balances have been independently verified and that we employ
of a high degree of financial integrity in terms of our
financial management systems," said Mr. Yongke Xue,
SkyPeople's CEO. "Investors can have confidence in the
strength of our balance sheet that enables us to take
advantage of the growth opportunities available to us in our
- A copy of the press release is available from the 8-K
filed with the
SPU has TWICE shot-down the 'cash is fake'
- In early June of 2011, SPU was accused of being a fraud
by a short seller that released a bearish report on SPU,
after initiating a short position in SPU (seller referred to
here as 'Absaroka'). Absaroka basically accused SPU of faking
its cash balance and actual level of sales.
- After SPU was accused of being a fraud in early June of
2011, the Company hit back hard.
- First, SPU stated that it "believes that the article
contains many materially false and inaccurate claims" and
added that "it is important to alert the general public to
such fake reports and the false information contained
therein" (8-K filed with SEC June 3, 2011).
- Second, SPU released
that listed its actual cash balances at each of almost a
dozen banks. The filing provided information evidencing the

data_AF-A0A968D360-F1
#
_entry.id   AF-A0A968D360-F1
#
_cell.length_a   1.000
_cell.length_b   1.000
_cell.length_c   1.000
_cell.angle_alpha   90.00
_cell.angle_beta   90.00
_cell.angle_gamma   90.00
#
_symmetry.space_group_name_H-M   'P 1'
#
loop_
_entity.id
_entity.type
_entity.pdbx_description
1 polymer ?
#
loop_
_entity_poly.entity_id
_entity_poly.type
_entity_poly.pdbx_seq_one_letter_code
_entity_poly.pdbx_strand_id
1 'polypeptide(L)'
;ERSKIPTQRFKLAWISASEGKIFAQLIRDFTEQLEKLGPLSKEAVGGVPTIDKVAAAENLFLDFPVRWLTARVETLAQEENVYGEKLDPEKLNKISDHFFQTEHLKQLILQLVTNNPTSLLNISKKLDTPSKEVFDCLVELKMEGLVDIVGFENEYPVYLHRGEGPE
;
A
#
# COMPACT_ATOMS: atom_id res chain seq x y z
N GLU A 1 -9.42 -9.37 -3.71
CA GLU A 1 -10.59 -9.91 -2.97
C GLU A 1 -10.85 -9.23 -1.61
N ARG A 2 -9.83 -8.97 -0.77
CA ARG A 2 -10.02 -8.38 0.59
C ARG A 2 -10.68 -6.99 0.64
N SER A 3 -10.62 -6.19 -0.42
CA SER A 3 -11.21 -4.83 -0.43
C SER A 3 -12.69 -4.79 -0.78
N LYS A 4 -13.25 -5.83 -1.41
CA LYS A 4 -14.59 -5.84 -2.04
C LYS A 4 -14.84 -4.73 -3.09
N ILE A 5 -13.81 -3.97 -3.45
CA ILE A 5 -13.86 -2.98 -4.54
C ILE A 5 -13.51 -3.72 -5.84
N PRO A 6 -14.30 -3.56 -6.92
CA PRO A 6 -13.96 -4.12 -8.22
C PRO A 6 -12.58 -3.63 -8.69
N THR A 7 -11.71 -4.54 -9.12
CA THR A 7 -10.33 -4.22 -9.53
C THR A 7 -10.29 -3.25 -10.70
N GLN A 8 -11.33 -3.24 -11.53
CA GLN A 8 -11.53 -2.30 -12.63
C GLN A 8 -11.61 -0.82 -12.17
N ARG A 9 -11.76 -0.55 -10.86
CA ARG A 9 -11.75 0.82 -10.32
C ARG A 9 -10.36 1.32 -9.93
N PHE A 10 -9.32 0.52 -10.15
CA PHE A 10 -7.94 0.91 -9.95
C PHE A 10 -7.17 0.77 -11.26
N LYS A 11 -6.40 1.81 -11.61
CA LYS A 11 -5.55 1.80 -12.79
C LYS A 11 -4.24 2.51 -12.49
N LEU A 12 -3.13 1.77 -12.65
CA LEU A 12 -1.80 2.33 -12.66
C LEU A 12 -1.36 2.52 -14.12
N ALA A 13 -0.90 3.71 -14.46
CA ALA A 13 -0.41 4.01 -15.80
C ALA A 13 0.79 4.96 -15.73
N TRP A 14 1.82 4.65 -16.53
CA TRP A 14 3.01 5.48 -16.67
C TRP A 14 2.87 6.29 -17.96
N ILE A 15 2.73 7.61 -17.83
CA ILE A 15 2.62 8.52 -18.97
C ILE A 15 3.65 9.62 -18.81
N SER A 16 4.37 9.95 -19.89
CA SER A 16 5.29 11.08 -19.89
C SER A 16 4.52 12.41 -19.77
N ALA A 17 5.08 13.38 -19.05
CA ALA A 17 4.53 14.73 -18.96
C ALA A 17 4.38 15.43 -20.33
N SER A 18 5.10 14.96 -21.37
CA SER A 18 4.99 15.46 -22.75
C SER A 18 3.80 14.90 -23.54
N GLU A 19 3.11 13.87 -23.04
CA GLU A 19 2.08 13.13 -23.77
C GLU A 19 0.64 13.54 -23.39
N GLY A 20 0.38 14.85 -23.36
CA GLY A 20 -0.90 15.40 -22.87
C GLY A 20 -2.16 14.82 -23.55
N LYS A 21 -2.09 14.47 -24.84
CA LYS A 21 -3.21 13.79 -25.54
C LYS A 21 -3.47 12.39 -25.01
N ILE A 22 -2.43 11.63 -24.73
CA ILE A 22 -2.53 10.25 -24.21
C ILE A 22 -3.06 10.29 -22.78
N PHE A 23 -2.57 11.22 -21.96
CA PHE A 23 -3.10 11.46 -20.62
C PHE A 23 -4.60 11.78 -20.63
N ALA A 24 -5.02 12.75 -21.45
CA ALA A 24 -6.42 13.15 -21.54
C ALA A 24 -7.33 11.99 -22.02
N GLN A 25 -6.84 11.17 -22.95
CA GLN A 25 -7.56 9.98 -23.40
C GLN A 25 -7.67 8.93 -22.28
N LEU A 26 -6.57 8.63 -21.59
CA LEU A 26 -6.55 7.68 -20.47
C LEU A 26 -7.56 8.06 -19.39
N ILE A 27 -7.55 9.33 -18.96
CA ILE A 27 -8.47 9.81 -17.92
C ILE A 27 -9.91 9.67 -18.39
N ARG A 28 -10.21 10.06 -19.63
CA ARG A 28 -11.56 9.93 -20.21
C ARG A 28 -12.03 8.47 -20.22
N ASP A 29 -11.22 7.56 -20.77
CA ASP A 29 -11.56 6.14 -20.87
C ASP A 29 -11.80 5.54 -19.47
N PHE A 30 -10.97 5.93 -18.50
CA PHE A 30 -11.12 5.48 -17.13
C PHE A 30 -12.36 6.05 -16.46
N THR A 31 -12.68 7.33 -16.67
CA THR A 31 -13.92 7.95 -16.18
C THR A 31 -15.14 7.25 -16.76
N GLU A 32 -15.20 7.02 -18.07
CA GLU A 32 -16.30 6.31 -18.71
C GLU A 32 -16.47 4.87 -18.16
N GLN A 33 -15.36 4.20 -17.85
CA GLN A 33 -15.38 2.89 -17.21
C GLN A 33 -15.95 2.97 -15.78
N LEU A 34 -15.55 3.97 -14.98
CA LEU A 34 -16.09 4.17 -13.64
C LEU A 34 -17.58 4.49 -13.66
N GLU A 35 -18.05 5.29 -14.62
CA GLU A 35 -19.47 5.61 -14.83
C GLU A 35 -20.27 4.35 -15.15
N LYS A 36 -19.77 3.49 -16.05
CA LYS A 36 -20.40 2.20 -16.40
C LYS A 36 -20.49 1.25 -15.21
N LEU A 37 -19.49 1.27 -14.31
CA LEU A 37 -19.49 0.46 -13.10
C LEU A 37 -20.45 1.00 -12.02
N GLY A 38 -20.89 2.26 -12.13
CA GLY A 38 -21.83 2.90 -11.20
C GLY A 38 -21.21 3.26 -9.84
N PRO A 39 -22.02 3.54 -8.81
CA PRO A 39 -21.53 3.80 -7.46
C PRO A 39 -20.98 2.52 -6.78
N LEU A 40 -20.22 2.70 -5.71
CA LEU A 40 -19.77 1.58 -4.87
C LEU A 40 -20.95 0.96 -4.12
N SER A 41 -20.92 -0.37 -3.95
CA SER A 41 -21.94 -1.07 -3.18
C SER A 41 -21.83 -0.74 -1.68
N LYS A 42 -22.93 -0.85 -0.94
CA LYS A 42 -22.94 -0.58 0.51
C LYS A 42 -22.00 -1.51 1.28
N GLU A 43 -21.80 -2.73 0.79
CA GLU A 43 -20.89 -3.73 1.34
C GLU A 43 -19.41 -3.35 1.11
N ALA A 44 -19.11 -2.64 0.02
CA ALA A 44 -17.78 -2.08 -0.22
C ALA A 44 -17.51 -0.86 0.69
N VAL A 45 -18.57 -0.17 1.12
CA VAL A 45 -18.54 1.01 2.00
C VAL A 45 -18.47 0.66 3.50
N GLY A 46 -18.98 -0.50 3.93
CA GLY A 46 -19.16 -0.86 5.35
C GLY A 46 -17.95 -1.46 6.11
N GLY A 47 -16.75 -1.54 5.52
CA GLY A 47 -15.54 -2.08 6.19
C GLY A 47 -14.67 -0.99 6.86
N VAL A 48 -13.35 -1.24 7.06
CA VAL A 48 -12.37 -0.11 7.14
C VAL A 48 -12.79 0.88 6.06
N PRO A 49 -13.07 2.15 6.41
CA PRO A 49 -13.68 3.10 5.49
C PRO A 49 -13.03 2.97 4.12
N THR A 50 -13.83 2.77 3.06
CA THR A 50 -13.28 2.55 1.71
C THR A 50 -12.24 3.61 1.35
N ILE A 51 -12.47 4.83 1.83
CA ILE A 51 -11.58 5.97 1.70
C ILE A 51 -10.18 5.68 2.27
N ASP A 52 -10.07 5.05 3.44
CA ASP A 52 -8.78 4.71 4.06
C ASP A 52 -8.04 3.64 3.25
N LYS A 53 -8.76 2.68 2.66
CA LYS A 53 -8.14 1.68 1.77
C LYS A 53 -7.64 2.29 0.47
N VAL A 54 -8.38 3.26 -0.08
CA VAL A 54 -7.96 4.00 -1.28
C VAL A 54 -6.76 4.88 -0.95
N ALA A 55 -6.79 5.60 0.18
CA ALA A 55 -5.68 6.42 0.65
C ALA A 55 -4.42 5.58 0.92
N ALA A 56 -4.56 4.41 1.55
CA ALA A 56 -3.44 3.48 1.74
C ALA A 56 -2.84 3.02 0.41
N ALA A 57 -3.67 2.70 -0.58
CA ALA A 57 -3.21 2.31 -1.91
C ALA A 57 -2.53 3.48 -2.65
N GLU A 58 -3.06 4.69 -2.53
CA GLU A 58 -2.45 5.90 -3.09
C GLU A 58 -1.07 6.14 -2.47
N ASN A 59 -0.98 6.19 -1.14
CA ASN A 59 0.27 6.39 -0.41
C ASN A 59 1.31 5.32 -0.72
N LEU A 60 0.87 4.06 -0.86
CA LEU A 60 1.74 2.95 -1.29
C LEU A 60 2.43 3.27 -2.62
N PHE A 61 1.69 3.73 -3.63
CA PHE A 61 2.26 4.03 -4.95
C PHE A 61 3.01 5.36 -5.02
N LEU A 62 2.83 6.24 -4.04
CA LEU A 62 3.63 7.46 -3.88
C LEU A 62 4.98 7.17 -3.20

accuracy of its SEC filings, and it also
corrects/reconciles the mistaken calculations from the
SPU immediately sued
the analyst/fund that put out the short report.
- SPU hired 'heavy hitting' legal counsel and spent a
LOT on clearing their name.
- My view: SPU won its fight against the short
report/seller -SPU was right, they were wrong.
- Absaroka settled with SPU, and agreed to remove/retract
their short report entirely.
As a financial analyst, I deeply respect and admire the
work Absaroka did trying to uncover numerous Chinese
frauds, particularly RTOs. I acknowledge that they were
RIGHT about several OTHER companies, but they were WRONG
about SPU. I can understand how, given the multitude of
'guilty' companies, Absaroka would be inclined to believe
fraud was occurring -they were correct about most of
- SPU got some unexpected support: another analyst
immediately said the short report was wrong.
- Rick Pearson, who speaks Mandarin and focuses on
wrote an article
about SPU as a contributor for thestreet.com, which was
published one day after the short report. He noted that he